Also popular was a remote control car carrying a miniature Daren the Lion, national mascot of the Drug Abuse Resistance Education program, or D.A.R.E., which is taught by sheriff’s deputies in St. Bernard schools.
And for many children, the most popular thing at the camp was Luke, a drug and search dog brought by handler Senior Trooper Rene Bodet of State Police. The kids loved petting the canine, who seemed to like the attention.
Aaron Johnson named chaplain for St. Bernard Sheriff’s Office; Will attend to employees in personal crisis and help the public connect with programs for personal problems such as addictions
Ten years later, he is still here and is buying a home in Chalmette and has a wife and two daughters. He also was a volunteer, unpaid Reserve Division deputy with the St. Bernard Sheriff’s Office for four years, helping supplement manpower for the department.
Now, Johnson, 34, has been named chaplain for the Sheriff’s Office, working in the Community Relations Division, Sheriff James Pohlmann announced.
“I believe there is a role he can fill to help people of this parish,’’ Sheriff Pohlmann said of Johnson, who is a member of the International Conference of Police Chaplains.
Typical chaplain duties include being available to minister to deputies and other department employees who are in personal crisis. Johnson will also interact with members of the public affected by misfortune, including helping them connect with programs needed for personal and family problems such as addictions, the sheriff said.
Johnson can be reached at (504) 278-7659 or online at firstname.lastname@example.org.
“I hope to be an asset to our department as I help our deputies and other employees and also as we interact with the public,’’ said Johnson.
“I want to serve in moments of crisis to help get people through that period,’’ he said. It could involve counseling a Sheriff’s Office employee or counseling the public when someone’s family members have been injured in a bad accident.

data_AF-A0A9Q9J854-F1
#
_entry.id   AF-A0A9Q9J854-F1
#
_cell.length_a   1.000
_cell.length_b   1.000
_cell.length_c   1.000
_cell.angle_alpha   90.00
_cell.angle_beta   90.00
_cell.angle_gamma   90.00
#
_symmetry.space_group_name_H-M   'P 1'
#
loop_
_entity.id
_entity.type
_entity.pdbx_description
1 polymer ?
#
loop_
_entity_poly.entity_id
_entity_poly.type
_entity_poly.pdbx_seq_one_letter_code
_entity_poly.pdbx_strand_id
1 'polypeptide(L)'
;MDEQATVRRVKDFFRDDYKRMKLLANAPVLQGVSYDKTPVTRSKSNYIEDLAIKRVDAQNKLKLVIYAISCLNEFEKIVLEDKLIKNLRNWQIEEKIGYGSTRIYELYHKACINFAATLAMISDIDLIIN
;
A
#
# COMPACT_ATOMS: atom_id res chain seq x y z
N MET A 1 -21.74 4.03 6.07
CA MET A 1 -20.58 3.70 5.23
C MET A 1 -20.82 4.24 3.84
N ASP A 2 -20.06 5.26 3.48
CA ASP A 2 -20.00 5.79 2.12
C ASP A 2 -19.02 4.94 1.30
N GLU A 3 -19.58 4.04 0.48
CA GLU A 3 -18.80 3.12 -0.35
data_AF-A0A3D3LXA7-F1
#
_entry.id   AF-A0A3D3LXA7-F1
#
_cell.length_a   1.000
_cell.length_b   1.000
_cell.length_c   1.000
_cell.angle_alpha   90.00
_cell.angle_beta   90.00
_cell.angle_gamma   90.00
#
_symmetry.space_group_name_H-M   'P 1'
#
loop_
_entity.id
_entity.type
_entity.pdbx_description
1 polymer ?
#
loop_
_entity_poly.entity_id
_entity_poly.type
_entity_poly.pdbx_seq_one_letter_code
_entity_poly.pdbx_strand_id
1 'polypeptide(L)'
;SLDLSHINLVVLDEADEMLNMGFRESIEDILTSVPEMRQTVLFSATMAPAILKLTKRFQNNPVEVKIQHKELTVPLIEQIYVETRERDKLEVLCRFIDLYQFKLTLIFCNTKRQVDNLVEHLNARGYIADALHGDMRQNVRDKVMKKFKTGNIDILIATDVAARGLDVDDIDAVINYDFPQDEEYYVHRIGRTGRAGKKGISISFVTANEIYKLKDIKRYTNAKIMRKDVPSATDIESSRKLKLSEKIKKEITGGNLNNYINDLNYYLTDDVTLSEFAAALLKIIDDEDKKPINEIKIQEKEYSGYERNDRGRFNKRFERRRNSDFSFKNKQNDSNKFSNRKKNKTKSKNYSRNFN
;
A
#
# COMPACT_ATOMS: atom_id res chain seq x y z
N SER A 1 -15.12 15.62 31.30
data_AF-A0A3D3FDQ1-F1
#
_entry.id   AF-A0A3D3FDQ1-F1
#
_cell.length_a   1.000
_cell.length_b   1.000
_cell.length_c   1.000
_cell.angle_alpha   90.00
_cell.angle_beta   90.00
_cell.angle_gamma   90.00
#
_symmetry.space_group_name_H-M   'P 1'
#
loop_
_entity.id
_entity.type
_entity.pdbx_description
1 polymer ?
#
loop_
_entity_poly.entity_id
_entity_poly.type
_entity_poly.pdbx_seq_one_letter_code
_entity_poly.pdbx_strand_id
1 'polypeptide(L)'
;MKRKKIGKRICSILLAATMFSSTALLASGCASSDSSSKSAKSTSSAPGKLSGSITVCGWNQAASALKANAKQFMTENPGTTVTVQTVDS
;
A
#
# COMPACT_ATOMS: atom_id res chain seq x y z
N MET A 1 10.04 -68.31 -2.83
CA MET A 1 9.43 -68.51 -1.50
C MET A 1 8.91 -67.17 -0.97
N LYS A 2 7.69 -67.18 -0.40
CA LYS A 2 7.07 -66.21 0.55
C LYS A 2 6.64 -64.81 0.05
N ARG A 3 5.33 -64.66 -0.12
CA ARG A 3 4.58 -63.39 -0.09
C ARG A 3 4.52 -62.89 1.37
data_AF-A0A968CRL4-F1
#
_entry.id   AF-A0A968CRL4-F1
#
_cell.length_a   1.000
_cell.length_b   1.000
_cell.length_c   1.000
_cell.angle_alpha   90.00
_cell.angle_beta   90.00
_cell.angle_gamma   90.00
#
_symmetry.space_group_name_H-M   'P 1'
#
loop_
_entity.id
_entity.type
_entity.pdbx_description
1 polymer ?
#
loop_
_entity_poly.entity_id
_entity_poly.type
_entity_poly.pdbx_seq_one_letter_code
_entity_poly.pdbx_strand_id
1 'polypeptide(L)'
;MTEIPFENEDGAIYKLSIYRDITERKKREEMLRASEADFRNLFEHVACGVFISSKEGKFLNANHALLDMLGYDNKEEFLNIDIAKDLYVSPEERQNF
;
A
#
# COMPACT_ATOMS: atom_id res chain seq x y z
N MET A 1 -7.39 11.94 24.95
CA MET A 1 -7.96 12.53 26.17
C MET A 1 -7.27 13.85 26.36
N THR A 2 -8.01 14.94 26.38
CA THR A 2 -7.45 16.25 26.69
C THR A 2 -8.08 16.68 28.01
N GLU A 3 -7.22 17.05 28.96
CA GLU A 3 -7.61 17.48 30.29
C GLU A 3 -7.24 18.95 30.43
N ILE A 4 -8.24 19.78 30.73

In cases of individuals or their family members needing help with addictions or other personal problems, Johnson said, “There are appropriate agencies we can help people connect with.”
Sheriff’s Office Junior Deputy Academy holds graduation for children who took the six-week course allowing them to learn about law enforcement and see department weaponry and equipment
Jacob Brupbacher, 12, of Meraux said he liked the session with the Narcotics Division. “I learned about how bad drugs are and about how they make arrests.” He also liked the display of equipment and talk by the Fire Department because, “I learned how to get out of a fire safely.’’
Ava Chalona, 10, of Arabi said she liked “going to the shooting range. I enjoyed shooting the guns’’ and learning about firearms safety.
Christian Robin, 9, of Chalmette, said he liked the tour of the Parish Prison and the demonstration of how to do CPR. He said he “might want to be a paramedic’’ to help people.
Others liked the boats brought by the Marine Division.
Nearly 30 kids graduated the second annual Junior Deputy Academy on July 20, a program started by Sheriff James Pohlmann and coordinated by Capt. Charles Borchers and Dep. Sheriff Eric Eilers.
Awards were given to three youngsters who were the best in accuracy in a shooting competition using .22-rifles at a shooting range. Lestat Buras won first place, Ava Chalona was second and Christian Robin placed third.
Also, Hilton Preau grandfather of one participant, received an award for volunteering to help with the academy the past two years.
Sheriff Pohlmann, speaking to graduates and their families, said he hoped the children enjoyed the academy, especially getting to see guns and equipment used by various divisions of the department, the bomb robot used to check suspicious items, the department’s mobile command post and the field trips.
“You saw a lot of cool things we have in law enforcement,” the sheriff told them.
He also said protecting the children of the parish “is a reason deputies get up and go to work each day.’’
“We would like to inspire some young people to become law enforcement officers,’’ Sheriff Pohlmann said.
The academy is patterned after the Sheriff’s Office free Citizens Police Academy for adults, which begins Aug. 24. Register for the adult version by calling Borchers at (504) 278-7628 or Eilers at 278-7799.
The Sheriff’s Office would like to thank the following businesses and individuals for helping make the Junior Deputy Academy possible: Clements Insurance Co., Winn-Dixie in Chalmette, Wal-Mart in Chalmette, Wal-Mart Neighborhood Market, J & R Quick Stop, Hook and Line Sporting Goods.
Also, the Meraux Foundation, Acadian Ambulance Service and Kevin Spansel and Janie Fuller, St. Bernard Pistol and Rifle Range and board members Luke Marengo, Bill Finnan, Bill Atzenhoffer and Vincent Ferrara and Junior Deputy Academy adult chaperones Hilton Preau and Monica Buras.